Alarmed by the disappearance of meadowlarks from the fields near his home, James Eggert embarked on a close study of the economic and ecological factors behind the loss. His inquiry led him to conclude that the meadowlarkas survival is a metaphor for oursathat our future is intimately linked to the same interplay of economics, culture, technology, and spirituality. In this innovative educational book, Eggert helps readers understand how our environment is connected toain fact, a vital part ofaour economy and business culture. In the title essay, Eggert critiques free-market capitalism, borrowing from Thoreau as he investigates what he calls ameadowlark valuesa in education and business. The author highlights the apreciousness of the Earth itself a and persuasively describes the creative possibilities in using science, culture, evolutionary history, and spiritual traditions to gain a deeper understanding of how we might heal the planet. A foreword by environmentalist Bill McKibben and an afterword by renowned Buddhist thinker Thich Nhat Hahn add context to this authoritative supplement to current economics texts.In this innovative educational book, Eggert helps readers understand how our environment is connected toain fact, a vital part ofaour economy and business culture.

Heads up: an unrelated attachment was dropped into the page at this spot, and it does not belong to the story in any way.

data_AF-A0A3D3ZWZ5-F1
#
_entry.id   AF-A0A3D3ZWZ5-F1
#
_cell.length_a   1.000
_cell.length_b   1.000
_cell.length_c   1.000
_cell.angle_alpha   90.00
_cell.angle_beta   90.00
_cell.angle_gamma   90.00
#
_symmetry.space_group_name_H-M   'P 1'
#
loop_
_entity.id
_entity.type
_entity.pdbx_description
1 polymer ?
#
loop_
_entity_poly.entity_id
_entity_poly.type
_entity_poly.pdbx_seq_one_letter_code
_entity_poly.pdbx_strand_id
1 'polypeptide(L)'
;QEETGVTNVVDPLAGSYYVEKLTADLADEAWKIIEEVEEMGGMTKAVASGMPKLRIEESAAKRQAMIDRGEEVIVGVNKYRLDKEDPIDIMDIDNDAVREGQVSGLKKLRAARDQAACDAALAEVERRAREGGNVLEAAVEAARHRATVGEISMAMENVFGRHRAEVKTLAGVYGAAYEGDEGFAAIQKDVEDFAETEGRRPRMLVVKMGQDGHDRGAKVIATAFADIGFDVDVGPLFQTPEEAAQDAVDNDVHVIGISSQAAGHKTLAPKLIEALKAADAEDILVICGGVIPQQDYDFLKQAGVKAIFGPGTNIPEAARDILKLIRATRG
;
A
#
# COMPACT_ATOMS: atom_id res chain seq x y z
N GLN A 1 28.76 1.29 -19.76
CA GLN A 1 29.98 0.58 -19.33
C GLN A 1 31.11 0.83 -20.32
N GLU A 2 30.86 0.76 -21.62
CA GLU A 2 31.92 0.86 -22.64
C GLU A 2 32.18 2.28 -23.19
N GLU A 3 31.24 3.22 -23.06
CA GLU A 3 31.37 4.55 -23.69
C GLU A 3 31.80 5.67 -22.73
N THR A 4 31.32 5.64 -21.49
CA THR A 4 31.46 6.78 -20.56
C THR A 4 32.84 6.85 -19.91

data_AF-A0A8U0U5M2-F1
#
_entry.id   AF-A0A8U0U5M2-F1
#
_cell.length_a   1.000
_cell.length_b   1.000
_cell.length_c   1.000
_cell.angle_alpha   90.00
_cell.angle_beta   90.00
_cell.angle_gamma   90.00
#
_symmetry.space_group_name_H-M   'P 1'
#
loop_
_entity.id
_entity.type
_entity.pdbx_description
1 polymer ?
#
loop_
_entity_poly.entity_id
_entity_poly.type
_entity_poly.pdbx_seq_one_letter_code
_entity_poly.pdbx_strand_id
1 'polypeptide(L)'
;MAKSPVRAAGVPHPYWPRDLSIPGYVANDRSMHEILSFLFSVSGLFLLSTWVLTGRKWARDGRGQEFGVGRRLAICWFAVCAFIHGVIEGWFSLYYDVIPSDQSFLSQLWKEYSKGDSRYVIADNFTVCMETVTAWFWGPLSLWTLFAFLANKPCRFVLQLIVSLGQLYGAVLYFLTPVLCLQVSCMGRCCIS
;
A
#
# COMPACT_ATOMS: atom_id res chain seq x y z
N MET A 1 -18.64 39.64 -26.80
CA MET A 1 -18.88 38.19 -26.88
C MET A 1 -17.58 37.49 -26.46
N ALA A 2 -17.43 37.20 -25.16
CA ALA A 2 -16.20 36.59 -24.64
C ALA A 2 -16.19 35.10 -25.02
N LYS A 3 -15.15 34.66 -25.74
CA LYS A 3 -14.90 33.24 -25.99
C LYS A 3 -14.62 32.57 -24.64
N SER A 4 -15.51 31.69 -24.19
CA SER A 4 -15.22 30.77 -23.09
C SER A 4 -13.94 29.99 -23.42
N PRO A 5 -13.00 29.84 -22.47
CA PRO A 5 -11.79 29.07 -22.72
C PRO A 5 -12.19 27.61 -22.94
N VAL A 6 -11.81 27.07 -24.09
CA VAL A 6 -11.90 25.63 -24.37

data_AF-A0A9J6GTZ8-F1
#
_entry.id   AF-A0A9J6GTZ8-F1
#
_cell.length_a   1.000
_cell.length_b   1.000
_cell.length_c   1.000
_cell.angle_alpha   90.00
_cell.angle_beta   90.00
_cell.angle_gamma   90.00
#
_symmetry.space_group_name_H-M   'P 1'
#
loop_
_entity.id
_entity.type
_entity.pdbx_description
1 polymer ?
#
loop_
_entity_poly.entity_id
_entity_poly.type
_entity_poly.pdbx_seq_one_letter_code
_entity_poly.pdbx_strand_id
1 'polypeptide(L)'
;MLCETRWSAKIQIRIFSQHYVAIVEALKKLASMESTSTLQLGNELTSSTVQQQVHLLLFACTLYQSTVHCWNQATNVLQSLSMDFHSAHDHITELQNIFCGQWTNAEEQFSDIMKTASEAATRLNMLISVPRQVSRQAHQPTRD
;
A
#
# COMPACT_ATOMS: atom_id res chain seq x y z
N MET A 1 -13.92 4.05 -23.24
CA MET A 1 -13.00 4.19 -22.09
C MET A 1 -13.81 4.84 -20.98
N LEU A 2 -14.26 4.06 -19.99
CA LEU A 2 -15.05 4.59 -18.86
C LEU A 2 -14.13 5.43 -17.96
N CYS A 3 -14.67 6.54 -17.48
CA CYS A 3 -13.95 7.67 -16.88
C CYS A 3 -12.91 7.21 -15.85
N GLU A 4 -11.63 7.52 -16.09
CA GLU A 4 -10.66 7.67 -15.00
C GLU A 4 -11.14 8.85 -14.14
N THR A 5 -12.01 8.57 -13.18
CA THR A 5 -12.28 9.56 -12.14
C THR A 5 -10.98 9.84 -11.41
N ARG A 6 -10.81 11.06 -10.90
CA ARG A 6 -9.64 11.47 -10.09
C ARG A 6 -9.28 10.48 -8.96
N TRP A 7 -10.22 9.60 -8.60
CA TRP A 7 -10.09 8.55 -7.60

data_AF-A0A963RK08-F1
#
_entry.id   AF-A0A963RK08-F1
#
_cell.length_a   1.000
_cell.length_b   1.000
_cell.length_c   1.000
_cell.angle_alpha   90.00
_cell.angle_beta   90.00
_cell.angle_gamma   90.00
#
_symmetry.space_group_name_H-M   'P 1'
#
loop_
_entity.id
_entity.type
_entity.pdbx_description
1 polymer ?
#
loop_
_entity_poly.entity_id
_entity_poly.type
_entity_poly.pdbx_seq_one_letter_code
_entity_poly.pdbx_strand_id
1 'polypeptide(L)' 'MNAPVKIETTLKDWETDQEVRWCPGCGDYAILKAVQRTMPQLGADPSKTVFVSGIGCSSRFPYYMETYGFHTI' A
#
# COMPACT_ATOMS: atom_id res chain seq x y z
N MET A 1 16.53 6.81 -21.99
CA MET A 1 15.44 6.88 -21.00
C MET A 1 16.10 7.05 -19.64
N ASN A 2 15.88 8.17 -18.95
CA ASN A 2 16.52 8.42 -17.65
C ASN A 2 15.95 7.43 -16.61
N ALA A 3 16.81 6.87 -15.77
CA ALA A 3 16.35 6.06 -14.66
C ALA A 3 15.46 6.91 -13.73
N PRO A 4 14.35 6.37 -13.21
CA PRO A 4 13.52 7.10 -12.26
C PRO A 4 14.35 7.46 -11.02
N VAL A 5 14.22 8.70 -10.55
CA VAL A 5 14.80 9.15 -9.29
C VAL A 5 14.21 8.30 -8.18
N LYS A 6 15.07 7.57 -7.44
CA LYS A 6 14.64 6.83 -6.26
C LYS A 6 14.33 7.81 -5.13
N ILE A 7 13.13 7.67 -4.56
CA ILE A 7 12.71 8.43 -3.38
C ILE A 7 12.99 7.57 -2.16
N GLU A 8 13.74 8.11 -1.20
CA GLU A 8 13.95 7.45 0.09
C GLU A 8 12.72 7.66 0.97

|Publisher||:||North Atlantic Books - 2009|